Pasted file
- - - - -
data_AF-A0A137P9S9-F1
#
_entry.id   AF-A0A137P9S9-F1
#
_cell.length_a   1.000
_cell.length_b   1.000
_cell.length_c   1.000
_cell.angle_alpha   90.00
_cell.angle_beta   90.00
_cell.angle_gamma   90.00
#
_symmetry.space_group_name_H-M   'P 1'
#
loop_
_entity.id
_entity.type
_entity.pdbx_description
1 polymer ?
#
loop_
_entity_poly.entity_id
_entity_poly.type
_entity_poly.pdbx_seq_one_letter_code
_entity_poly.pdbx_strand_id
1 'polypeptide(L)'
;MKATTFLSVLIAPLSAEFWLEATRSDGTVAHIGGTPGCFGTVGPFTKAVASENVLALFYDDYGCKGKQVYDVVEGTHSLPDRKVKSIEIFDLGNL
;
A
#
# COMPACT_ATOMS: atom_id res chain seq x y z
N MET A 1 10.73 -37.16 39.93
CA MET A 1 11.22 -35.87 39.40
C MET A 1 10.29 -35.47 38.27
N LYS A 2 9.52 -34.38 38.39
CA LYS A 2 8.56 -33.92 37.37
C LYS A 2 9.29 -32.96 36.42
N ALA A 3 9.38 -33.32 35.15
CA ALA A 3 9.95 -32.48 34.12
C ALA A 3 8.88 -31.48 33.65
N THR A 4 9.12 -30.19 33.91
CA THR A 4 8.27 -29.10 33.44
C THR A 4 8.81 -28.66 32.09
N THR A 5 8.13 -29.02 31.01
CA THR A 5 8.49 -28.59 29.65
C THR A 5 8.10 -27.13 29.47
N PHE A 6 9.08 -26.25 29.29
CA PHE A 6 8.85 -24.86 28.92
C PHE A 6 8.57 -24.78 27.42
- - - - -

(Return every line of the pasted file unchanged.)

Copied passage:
data_AF-A0A137P9S9-F1
#
_entry.id   AF-A0A137P9S9-F1
#
_cell.length_a   1.000
_cell.length_b   1.000
_cell.length_c   1.000
_cell.angle_alpha   90.00
_cell.angle_beta   90.00
_cell.angle_gamma   90.00
#
_symmetry.space_group_name_H-M   'P 1'
#
loop_
_entity.id
_entity.type
_entity.pdbx_description
1 polymer ?
#
loop_
_entity_poly.entity_id
_entity_poly.type
_entity_poly.pdbx_seq_one_letter_code
_entity_poly.pdbx_strand_id
1 'polypeptide(L)'
;MKATTFLSVLIAPLSAEFWLEATRSDGTVAHIGGTPGCFGTVGPFTKAVASENVLALFYDDYGCKGKQVYDVVEGTHSLPDRKVKSIEIFDLGNL
;
A
#
# COMPACT_ATOMS: atom_id res chain seq x y z
N MET A 1 10.73 -37.16 39.93
CA MET A 1 11.22 -35.87 39.40
C MET A 1 10.29 -35.47 38.27
N LYS A 2 9.52 -34.38 38.39
CA LYS A 2 8.56 -33.92 37.37
C LYS A 2 9.29 -32.96 36.42
N ALA A 3 9.38 -33.32 35.15
CA ALA A 3 9.95 -32.48 34.12
C ALA A 3 8.88 -31.48 33.65
N THR A 4 9.12 -30.19 33.91
CA THR A 4 8.27 -29.10 33.44
C THR A 4 8.81 -28.66 32.09
N THR A 5 8.13 -29.02 31.01
CA THR A 5 8.49 -28.59 29.65
C THR A 5 8.10 -27.13 29.47
N PHE A 6 9.08 -26.25 29.29
CA PHE A 6 8.85 -24.86 28.92
C PHE A 6 8.57 -24.78 27.42